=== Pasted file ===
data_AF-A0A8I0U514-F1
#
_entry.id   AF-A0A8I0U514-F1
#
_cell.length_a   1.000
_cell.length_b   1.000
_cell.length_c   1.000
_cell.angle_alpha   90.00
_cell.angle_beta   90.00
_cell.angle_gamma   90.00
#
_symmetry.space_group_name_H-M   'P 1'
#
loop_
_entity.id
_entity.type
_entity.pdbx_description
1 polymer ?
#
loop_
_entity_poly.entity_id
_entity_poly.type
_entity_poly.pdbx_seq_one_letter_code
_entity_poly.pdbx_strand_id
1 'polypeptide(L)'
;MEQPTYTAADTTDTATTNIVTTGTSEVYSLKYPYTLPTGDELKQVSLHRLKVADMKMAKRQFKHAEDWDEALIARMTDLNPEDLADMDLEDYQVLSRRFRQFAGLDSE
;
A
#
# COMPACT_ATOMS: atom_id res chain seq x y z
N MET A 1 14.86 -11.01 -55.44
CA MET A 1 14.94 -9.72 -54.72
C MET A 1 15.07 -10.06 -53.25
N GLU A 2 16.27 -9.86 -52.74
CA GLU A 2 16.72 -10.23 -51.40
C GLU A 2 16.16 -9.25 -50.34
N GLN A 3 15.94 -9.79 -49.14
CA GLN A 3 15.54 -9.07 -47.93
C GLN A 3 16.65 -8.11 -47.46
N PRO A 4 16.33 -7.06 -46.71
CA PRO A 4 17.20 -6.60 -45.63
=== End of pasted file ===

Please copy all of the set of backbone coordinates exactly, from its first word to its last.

data_AF-A0A8I0U514-F1
#
_entry.id   AF-A0A8I0U514-F1
#
_cell.length_a   1.000
_cell.length_b   1.000
_cell.length_c   1.000
_cell.angle_alpha   90.00
_cell.angle_beta   90.00
_cell.angle_gamma   90.00
#
_symmetry.space_group_name_H-M   'P 1'
#
loop_
_entity.id
_entity.type
_entity.pdbx_description
1 polymer ?
#
loop_
_entity_poly.entity_id
_entity_poly.type
_entity_poly.pdbx_seq_one_letter_code
_entity_poly.pdbx_strand_id
1 'polypeptide(L)'
;MEQPTYTAADTTDTATTNIVTTGTSEVYSLKYPYTLPTGDELKQVSLHRLKVADMKMAKRQFKHAEDWDEALIARMTDLNPEDLADMDLEDYQVLSRRFRQFAGLDSE
;
A
#
# COMPACT_ATOMS: atom_id res chain seq x y z
N MET A 1 14.86 -11.01 -55.44
CA MET A 1 14.94 -9.72 -54.72
C MET A 1 15.07 -10.06 -53.25
N GLU A 2 16.27 -9.86 -52.74
CA GLU A 2 16.72 -10.23 -51.40
C GLU A 2 16.16 -9.25 -50.34
N GLN A 3 15.94 -9.79 -49.14
CA GLN A 3 15.54 -9.07 -47.93
C GLN A 3 16.65 -8.11 -47.46
N PRO A 4 16.33 -7.06 -46.71
CA PRO A 4 17.20 -6.60 -45.63